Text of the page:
This study, conducted in collaboration with the charity Kalayaan, investigated the role of migrant domestic workers employed to care for the elderly in private households. It explores the living and working conditions of migrant care workers (MCW) caring for the elderly, and covers broad areas such as employment relations, care regulation, race and racialised labour, integration and skills.
Combining a robust scientific and user orientated methodology, a policy focus and an interest in theory development, it examines the importance of migrants in the provision of elder care in private households; whether MCWs share common characteristics (i.e. Immigration status, nationality, age, gender, etc.); the living and working conditions of MCWs; the means by which MCWs negotiate their employment and social relationships with care users and their relatives; and the ways in which race and racism impact on the employment of MCWs.
Findings arising from the study are of policy relevance in the fields of both care and immigration, particularly in the context of the European Commission’s Green Paper (December 2008) on the future of Europe’s healthcare workforce.
Mumtaz Lalani (Kalayaan, London), Lourdes Gordolan (Kalayaan, London)
The Big Lottery Fund (BLF)
Analysing capitalism not simply as an economic system, but as an institutionalized social order, helps illuminate the contradictions that emerge between the capitalist economic system and its conditions of possibility. Fraser characterises these conditions as being the conditions of social reproduction, of nature and of political power. Capitalism’s conditions of possibility have their own social and normative ontologies. This project took care work as a key contribution to one of its conditions of possibility, i.e. social reproduction, and considered the personal and social relations generated by migration, commodification, care and domestic labour.
The project combined qualitative and quantitative methods, and integrated support and workshops with research work. It also developed previous academic work on the eldercare sector more generally. The research process provided an opportunity for care workers (often isolated) to meet and share experiences and provide information and workshops on practical problems. Key methods included a statistical analysis of Kalayaan’s client database, tracking which migrants work in eldercare and the characteristics they share; participant observation in Kalayaan; in-depth semi-structured interviews with migrant elder care workers; focus group discussions with migrants; and interviews with employers, agencies and stake holders. The research was supported and advised by an advisory committee including 4 migrant workers, and an ethical sub-committee has played an important role in ensuring that the research was conducted with a view to the British Sociological Association’s ethical guidelines.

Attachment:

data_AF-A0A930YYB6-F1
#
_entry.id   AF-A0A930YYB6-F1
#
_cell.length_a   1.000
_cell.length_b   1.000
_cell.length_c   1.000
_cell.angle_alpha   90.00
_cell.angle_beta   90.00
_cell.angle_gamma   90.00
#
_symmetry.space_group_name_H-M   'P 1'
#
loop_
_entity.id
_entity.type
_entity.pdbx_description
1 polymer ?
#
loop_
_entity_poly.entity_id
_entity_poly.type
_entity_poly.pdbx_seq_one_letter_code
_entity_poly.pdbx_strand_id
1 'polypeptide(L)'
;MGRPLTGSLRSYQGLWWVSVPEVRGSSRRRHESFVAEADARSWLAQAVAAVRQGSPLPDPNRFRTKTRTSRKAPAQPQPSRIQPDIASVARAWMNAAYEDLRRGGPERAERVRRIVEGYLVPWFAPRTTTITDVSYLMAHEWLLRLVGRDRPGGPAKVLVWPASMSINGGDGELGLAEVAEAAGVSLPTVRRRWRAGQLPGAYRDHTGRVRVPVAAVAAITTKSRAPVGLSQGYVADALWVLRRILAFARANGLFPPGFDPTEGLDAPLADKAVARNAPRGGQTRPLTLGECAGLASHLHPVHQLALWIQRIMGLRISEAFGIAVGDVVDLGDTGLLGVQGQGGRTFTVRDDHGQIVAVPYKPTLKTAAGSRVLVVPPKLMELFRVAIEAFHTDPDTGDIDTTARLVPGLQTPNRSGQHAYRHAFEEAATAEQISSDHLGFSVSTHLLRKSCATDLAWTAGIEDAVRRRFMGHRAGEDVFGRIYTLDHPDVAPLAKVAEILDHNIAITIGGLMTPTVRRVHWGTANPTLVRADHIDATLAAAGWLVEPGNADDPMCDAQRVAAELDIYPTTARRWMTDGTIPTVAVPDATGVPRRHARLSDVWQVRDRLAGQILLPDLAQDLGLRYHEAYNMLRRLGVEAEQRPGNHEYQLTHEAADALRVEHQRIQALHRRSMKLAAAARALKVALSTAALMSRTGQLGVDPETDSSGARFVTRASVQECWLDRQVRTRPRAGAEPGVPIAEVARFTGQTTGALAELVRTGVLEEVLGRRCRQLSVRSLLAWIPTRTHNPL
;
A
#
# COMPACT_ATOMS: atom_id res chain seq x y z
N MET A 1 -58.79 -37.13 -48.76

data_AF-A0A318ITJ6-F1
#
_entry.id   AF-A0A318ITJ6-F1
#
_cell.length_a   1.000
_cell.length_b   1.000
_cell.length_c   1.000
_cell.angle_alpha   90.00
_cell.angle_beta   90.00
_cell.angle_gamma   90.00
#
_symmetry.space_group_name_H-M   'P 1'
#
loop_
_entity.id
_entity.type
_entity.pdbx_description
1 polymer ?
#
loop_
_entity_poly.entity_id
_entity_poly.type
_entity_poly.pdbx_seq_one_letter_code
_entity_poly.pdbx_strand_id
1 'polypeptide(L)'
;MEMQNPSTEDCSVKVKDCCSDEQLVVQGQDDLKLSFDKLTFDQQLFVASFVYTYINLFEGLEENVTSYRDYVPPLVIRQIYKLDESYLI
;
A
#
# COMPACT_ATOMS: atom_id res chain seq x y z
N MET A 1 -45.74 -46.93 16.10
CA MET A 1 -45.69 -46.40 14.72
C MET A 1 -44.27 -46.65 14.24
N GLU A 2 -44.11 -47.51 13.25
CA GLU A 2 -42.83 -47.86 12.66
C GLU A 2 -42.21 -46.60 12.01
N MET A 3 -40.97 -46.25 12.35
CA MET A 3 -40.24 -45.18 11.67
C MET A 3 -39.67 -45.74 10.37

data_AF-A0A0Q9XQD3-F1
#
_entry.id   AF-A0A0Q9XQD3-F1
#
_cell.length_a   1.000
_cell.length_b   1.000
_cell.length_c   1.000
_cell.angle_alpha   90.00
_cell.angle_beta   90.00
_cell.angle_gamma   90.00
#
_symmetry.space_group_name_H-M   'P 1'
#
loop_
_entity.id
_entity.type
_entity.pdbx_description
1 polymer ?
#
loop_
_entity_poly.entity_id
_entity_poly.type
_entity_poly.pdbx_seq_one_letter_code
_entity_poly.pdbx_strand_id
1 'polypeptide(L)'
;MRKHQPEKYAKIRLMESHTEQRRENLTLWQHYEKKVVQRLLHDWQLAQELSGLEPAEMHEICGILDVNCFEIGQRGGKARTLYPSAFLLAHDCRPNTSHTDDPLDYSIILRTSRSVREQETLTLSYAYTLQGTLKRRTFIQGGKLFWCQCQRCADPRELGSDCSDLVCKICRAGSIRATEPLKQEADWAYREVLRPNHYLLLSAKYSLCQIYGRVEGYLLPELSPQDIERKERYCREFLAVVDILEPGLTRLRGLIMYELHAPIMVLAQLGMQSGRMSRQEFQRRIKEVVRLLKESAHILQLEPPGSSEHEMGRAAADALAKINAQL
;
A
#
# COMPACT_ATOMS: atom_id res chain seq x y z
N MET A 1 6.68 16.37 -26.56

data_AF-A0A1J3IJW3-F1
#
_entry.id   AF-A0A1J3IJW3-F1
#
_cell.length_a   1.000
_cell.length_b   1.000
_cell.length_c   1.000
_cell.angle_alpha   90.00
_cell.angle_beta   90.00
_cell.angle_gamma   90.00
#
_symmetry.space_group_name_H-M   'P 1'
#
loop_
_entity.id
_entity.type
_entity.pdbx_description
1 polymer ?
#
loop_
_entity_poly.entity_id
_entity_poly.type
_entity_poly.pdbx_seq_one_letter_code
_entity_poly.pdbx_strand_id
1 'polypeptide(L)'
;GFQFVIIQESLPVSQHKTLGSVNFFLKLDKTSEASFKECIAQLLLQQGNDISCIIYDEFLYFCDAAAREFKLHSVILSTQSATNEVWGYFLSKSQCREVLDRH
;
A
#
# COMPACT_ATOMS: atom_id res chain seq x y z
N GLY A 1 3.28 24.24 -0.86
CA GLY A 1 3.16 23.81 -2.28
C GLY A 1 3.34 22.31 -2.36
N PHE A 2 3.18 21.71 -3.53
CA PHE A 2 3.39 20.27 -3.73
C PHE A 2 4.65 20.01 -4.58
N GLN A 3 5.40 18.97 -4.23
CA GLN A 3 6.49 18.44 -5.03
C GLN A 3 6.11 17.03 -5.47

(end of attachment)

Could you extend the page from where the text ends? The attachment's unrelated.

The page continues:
Restrictions and grey areas in policy affect migrant workers’ living and working conditions. First, government restrictions on access to NVQ training for migrant care workers places MCWs in a position where they are often forced to provide care services without any official training. Second, employers in private households are not subject to regulatory checks performed by the Care Quality Commission (CQC). Third, although the Health and Safety Commission provides guidelines for the safety of migrant workers, care workers in institutional settings, and health workers in general, it falls silent when it comes to specific provisions protecting paid care workers working in private households not hired by agencies. These three factors help create conditions which place migrant care workers in a particularly vulnerable position, subject to exploitation by care users, and isolated both socially and legally as a sector.
The contractual and social relations elements of the employment relationship between migrant care workers and their employers are extremely complex. Contractually, the main distinction, as expressed by MCWs, was whether they worked through agencies, or were directly employed, either by the care user or by a member of his or her family. The social relations element of the employment relationship complicated the picture further. The imbalance in power relations between the two parties resulted in employers frequently oscillating between a more contractualised relationship, and one that was more familial. This study shows that employers have greater expectations of the care worker when they are paying directly for their own care. It also demonstrates that as greater numbers of individuals take up personal budgets and choose to employ personal assistants, this can lead to the formation of quasi ‘employment agencies’ registering a number of self-employed personal assistants on their books.
In private households, racial discrimination is particularly difficult to deal with. Both care users and agencies indicated preferences for employing particular nationalities and/or races. Agencies concealed racist remarks through referring to ‘national characteristics’. In other cases, the reasons given for employing or not employing people were related to issues to do with their ‘culture’. The kinds of stereotypical ‘national characteristics’ mentioned above as facilitating entry into eldercare in general, and as segmenting the labour market with different groups considered more or less desirable, also affect working conditions and wages which can vary by nationality.
Who Cares? How best to protect UK care workers employed through agencies and gangmaster from exploitation, Oxfam Briefing Paper, 2 December 2009 (citation of COMPAS/Kalayaan research
, saved to S: Drive)